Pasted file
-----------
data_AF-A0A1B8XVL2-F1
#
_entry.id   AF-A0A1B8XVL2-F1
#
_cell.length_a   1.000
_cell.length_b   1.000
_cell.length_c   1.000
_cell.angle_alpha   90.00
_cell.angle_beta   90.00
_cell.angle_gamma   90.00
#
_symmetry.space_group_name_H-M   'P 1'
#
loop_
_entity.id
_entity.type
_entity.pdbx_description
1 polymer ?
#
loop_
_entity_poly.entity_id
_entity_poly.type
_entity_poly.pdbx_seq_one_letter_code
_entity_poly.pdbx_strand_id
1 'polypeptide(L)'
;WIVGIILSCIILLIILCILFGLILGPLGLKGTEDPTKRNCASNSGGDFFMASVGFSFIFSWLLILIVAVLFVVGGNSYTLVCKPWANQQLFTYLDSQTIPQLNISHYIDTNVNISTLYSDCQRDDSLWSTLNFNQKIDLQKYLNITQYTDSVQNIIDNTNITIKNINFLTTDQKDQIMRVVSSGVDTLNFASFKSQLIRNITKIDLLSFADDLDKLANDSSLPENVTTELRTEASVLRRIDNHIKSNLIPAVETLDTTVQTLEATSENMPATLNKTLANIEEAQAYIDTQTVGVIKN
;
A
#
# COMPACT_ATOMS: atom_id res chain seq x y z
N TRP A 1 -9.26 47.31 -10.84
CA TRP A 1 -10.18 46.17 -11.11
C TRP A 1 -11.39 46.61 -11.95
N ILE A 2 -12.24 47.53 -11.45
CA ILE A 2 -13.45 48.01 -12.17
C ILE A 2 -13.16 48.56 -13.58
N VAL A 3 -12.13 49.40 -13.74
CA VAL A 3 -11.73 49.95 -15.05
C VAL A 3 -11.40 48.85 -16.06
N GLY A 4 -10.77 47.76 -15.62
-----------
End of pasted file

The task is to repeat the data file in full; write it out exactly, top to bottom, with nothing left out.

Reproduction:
data_AF-A0A1B8XVL2-F1
#
_entry.id   AF-A0A1B8XVL2-F1
#
_cell.length_a   1.000
_cell.length_b   1.000
_cell.length_c   1.000
_cell.angle_alpha   90.00
_cell.angle_beta   90.00
_cell.angle_gamma   90.00
#
_symmetry.space_group_name_H-M   'P 1'
#
loop_
_entity.id
_entity.type
_entity.pdbx_description
1 polymer ?
#
loop_
_entity_poly.entity_id
_entity_poly.type
_entity_poly.pdbx_seq_one_letter_code
_entity_poly.pdbx_strand_id
1 'polypeptide(L)'
;WIVGIILSCIILLIILCILFGLILGPLGLKGTEDPTKRNCASNSGGDFFMASVGFSFIFSWLLILIVAVLFVVGGNSYTLVCKPWANQQLFTYLDSQTIPQLNISHYIDTNVNISTLYSDCQRDDSLWSTLNFNQKIDLQKYLNITQYTDSVQNIIDNTNITIKNINFLTTDQKDQIMRVVSSGVDTLNFASFKSQLIRNITKIDLLSFADDLDKLANDSSLPENVTTELRTEASVLRRIDNHIKSNLIPAVETLDTTVQTLEATSENMPATLNKTLANIEEAQAYIDTQTVGVIKN
;
A
#
# COMPACT_ATOMS: atom_id res chain seq x y z
N TRP A 1 -9.26 47.31 -10.84
CA TRP A 1 -10.18 46.17 -11.11
C TRP A 1 -11.39 46.61 -11.95
N ILE A 2 -12.24 47.53 -11.45
CA ILE A 2 -13.45 48.01 -12.17
C ILE A 2 -13.16 48.56 -13.58
N VAL A 3 -12.13 49.40 -13.74
CA VAL A 3 -11.73 49.95 -15.05
C VAL A 3 -11.40 48.85 -16.06
N GLY A 4 -10.77 47.76 -15.62